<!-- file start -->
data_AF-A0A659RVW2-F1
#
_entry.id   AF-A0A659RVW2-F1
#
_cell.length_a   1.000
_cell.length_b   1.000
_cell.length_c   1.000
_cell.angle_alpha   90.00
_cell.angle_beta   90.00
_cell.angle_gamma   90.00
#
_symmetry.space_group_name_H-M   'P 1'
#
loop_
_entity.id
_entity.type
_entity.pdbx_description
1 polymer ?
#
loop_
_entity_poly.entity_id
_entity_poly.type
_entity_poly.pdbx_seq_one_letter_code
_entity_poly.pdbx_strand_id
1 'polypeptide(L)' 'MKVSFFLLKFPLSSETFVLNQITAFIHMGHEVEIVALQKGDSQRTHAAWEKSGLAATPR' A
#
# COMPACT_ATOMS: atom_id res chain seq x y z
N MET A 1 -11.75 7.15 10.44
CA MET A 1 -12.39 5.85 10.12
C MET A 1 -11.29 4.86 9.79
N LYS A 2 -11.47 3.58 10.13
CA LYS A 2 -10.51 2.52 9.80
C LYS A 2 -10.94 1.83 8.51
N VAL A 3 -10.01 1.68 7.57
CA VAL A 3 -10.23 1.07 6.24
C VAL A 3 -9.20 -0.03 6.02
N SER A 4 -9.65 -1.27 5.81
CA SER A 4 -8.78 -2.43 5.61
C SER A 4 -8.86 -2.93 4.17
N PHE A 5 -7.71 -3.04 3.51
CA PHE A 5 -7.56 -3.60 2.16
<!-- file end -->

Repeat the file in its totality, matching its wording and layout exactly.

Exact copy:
data_AF-A0A659RVW2-F1
#
_entry.id   AF-A0A659RVW2-F1
#
_cell.length_a   1.000
_cell.length_b   1.000
_cell.length_c   1.000
_cell.angle_alpha   90.00
_cell.angle_beta   90.00
_cell.angle_gamma   90.00
#
_symmetry.space_group_name_H-M   'P 1'
#
loop_
_entity.id
_entity.type
_entity.pdbx_description
1 polymer ?
#
loop_
_entity_poly.entity_id
_entity_poly.type
_entity_poly.pdbx_seq_one_letter_code
_entity_poly.pdbx_strand_id
1 'polypeptide(L)' 'MKVSFFLLKFPLSSETFVLNQITAFIHMGHEVEIVALQKGDSQRTHAAWEKSGLAATPR' A
#
# COMPACT_ATOMS: atom_id res chain seq x y z
N MET A 1 -11.75 7.15 10.44
CA MET A 1 -12.39 5.85 10.12
C MET A 1 -11.29 4.86 9.79
N LYS A 2 -11.47 3.58 10.13
CA LYS A 2 -10.51 2.52 9.80
C LYS A 2 -10.94 1.83 8.51
N VAL A 3 -10.01 1.68 7.57
CA VAL A 3 -10.23 1.07 6.24
C VAL A 3 -9.20 -0.03 6.02
N SER A 4 -9.65 -1.27 5.81
CA SER A 4 -8.78 -2.43 5.61
C SER A 4 -8.86 -2.93 4.17
N PHE A 5 -7.71 -3.04 3.51
CA PHE A 5 -7.56 -3.60 2.16